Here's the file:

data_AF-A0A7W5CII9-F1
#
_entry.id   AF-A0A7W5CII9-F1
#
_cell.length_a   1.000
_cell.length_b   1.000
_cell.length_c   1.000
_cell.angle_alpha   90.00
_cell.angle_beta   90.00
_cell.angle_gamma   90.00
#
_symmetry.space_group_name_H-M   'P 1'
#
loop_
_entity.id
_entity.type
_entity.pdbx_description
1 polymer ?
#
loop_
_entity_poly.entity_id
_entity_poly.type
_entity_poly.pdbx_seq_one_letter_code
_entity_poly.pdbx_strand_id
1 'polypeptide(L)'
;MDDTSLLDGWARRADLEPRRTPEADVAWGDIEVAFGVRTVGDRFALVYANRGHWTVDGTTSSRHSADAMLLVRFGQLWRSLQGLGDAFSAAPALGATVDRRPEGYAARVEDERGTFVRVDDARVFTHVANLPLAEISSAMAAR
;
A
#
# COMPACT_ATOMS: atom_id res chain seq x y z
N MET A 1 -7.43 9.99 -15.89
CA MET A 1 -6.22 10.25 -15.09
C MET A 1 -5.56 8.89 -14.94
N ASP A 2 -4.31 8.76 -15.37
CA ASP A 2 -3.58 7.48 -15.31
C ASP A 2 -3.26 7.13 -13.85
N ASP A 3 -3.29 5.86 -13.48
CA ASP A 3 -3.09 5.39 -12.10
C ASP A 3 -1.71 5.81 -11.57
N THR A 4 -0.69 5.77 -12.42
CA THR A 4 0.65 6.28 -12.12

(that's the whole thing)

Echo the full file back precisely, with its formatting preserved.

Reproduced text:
data_AF-A0A7W5CII9-F1
#
_entry.id   AF-A0A7W5CII9-F1
#
_cell.length_a   1.000
_cell.length_b   1.000
_cell.length_c   1.000
_cell.angle_alpha   90.00
_cell.angle_beta   90.00
_cell.angle_gamma   90.00
#
_symmetry.space_group_name_H-M   'P 1'
#
loop_
_entity.id
_entity.type
_entity.pdbx_description
1 polymer ?
#
loop_
_entity_poly.entity_id
_entity_poly.type
_entity_poly.pdbx_seq_one_letter_code
_entity_poly.pdbx_strand_id
1 'polypeptide(L)'
;MDDTSLLDGWARRADLEPRRTPEADVAWGDIEVAFGVRTVGDRFALVYANRGHWTVDGTTSSRHSADAMLLVRFGQLWRSLQGLGDAFSAAPALGATVDRRPEGYAARVEDERGTFVRVDDARVFTHVANLPLAEISSAMAAR
;
A
#
# COMPACT_ATOMS: atom_id res chain seq x y z
N MET A 1 -7.43 9.99 -15.89
CA MET A 1 -6.22 10.25 -15.09
C MET A 1 -5.56 8.89 -14.94
N ASP A 2 -4.31 8.76 -15.37
CA ASP A 2 -3.58 7.48 -15.31
C ASP A 2 -3.26 7.13 -13.85
N ASP A 3 -3.29 5.86 -13.48
CA ASP A 3 -3.09 5.39 -12.10
C ASP A 3 -1.71 5.81 -11.57
N THR A 4 -0.69 5.77 -12.42
CA THR A 4 0.65 6.28 -12.12